Newswise — The current economic crisis is having a significant impact in areas far from Wall Street. North Carolina State University has experts who can provide key insights into the crisis' impacts on everything from farmers and agriculture to this year's elections and international relations.

Dr. Arnold Oltmans, associate professor of agricultural and resource economics at NC State, can discuss the impact of the credit crunch on the agriculture industry. "Uncertainty in the credit markets is important, because if credit markets tighten up from normal levels it could make it difficult for farmers to renew the operating lines of credit that are necessary to plan and run their businesses in 2009," he says. "At least the agricultural sector in the United States as a whole is entering this economic storm in much stronger financial condition " incomes are high, debt levels are low, equity is high relative to historical norms " than most other economic sectors. How well agriculture will weather the storm, however, is beyond prediction at this point since no one knows for sure where this is going or how deep the impact is going to be."

Dr. Andrew Taylor, professor and chair of political science at North Carolina State University, is an authority on the White House, Congress and public policy who can provide key insights into how the economy will impact both the presidential and congressional races. "The financial crisis and Washington's effort to alleviate it have made the economy the central issue in this year's presidential and congressional elections," Taylor says. "Both presidential candidates are navigating a political minefield as they try to assure voters they can bring stability to markets while not bailing out the fat cats. Members of Congress feel the pull and tug of their leadership and constituents as November draws near." Taylor is a widely published researcher, and the author of "Elephant's Edge: The Republicans as a Ruling Party." He has also been featured in dozens of media outlets, including the Washington Post, International Herald Tribune, Reuters, CNN Money and Bloomberg.

Dr. Steven Greene, associate professor of political science at North Carolina State University, studies elections and voting behavior - including partisanship and public opinion. "The more the focus is on the economy, the more this is to the benefit of Obama. Voters trust him on economic issues more than McCain. Furthermore, with the failure of the recent legislation, John McCain's attempt to portray himself as a savior of the process is not exactly panning out. John McCain was already facing a steep uphill struggle, and the dramatic political/economic turmoil only makes it tougher for him." Greene has published extensively in the field, and has been featured on CBS' The Early Show, NPR's All Things Considered, and in print media outlets including USA Today, Politico and The Times (UK).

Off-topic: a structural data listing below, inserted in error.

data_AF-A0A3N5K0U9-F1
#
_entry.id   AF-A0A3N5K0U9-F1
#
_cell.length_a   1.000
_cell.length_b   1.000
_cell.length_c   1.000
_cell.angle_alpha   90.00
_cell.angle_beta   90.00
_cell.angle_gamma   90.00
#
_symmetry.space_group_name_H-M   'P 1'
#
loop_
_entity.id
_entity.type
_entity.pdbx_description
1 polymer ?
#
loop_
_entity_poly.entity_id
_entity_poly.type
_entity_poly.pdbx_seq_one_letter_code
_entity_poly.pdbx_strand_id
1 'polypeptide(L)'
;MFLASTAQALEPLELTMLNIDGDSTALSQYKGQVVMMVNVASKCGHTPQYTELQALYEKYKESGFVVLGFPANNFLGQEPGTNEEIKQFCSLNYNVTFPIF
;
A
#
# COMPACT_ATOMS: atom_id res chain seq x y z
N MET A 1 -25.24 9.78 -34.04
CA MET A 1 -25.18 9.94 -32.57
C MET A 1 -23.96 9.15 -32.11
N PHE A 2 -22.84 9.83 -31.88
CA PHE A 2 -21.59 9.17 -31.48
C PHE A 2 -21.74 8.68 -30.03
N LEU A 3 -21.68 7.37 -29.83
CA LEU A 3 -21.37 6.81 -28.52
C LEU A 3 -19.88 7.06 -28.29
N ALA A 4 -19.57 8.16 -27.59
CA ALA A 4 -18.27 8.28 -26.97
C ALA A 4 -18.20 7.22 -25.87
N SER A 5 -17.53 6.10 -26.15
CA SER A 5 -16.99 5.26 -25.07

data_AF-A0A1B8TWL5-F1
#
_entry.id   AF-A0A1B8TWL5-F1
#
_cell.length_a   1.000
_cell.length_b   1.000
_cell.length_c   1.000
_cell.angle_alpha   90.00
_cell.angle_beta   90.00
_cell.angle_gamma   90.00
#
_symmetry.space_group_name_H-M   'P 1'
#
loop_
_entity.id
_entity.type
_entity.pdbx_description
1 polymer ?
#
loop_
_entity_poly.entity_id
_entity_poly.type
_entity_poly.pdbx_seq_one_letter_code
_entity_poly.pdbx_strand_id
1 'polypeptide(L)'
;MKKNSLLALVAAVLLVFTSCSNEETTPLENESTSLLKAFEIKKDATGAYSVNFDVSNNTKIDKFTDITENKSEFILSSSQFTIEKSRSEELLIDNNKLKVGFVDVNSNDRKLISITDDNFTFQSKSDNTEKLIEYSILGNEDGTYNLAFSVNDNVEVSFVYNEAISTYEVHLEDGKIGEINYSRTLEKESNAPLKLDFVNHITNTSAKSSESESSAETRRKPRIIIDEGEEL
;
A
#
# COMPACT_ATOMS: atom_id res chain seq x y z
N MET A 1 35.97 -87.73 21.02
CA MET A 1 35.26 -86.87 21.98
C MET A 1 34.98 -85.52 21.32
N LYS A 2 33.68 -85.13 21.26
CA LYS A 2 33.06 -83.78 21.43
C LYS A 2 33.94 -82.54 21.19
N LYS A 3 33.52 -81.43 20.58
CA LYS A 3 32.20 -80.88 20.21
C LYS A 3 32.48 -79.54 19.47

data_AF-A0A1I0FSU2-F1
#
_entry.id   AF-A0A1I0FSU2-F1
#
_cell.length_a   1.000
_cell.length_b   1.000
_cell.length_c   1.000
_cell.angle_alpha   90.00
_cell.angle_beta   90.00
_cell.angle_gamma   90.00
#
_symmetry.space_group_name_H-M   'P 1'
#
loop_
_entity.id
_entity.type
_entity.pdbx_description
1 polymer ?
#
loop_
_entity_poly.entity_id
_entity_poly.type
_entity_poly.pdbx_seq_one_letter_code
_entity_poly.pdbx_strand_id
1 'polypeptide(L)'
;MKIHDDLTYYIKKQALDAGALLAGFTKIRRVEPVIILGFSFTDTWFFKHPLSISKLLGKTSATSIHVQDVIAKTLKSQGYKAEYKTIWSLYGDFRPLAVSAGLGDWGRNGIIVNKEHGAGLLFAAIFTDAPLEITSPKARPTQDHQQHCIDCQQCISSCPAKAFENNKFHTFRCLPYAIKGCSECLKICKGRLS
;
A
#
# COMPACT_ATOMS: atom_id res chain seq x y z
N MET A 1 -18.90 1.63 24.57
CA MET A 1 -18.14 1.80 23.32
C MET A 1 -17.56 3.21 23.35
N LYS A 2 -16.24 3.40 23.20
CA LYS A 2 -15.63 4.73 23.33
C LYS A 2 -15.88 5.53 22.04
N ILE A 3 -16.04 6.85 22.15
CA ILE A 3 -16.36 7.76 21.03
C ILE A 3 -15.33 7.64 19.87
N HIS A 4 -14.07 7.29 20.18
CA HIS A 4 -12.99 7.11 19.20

Dr. Richard Warr, an associate professor of finance at NC State, can talk about how the markets are reacting to the current crisis. "In many ways the current crisis is a perfect storm of many factors, but the primary problem is liquidity, or lack of it," Warr says. "Any solution should focus on reducing the illiquidity in the market, strengthening commercial bank's balance sheets and encouraging lending, particularly to businesses." Warr has been widely published in journals including the Journal of Financial Research, the Journal of Economics and Business, and the Financial Review. He has also been featured in a number of media outlets including the New York Times, Kiplinger and The Economist.

Dr. Michael Walden, William Neal Reynolds Distinguished Professor of Agricultural and Resource Economics at NC State, is an expert on consumer economics, economic outlook and public policy. "Most economists think a Great Depression type downturn is out of the question. We're a bigger, stronger, and more resilient economy than seventy years ago," Walden says. "But also, fixing the financial system won't automatically cause unemployment to drop and incomes to rise. The housing market must first be balanced, and that will still take time " probably at least a year." Walden has been featured on in The Economist, Forbes, the Associated Press and Reuters, among other outlets.

Dr. Mitzi Montoya, Zelnak Professor of Marketing Innovation at NC State, can talk about why it is important to continue to invest in marketing even during difficult economic situations. "There is a different sort of competition for people's discretionary dollars during difficult times," Montoya says. "It is also important to remember that some segments are less impacted by economic downturns, particularly the teens and 'tweens."

Dr. Robert Handfield, Bank of America Distinguished Professor of Supply Chain Management at NC State, is available to speak about the impact the economy is having on the global supply chain. "A number of Fortune 500 companies have recently discussed the impact they've felt as a result of their customers not being able to access capital for investment in their business, which is directly reducing revenue. Some of these companies are also having difficulties gaining access to short-term business loans to drive their own business needs."

Dr. Robert Clark, professor of economics at NC State, studies the economics of aging, and pension and retirement policies.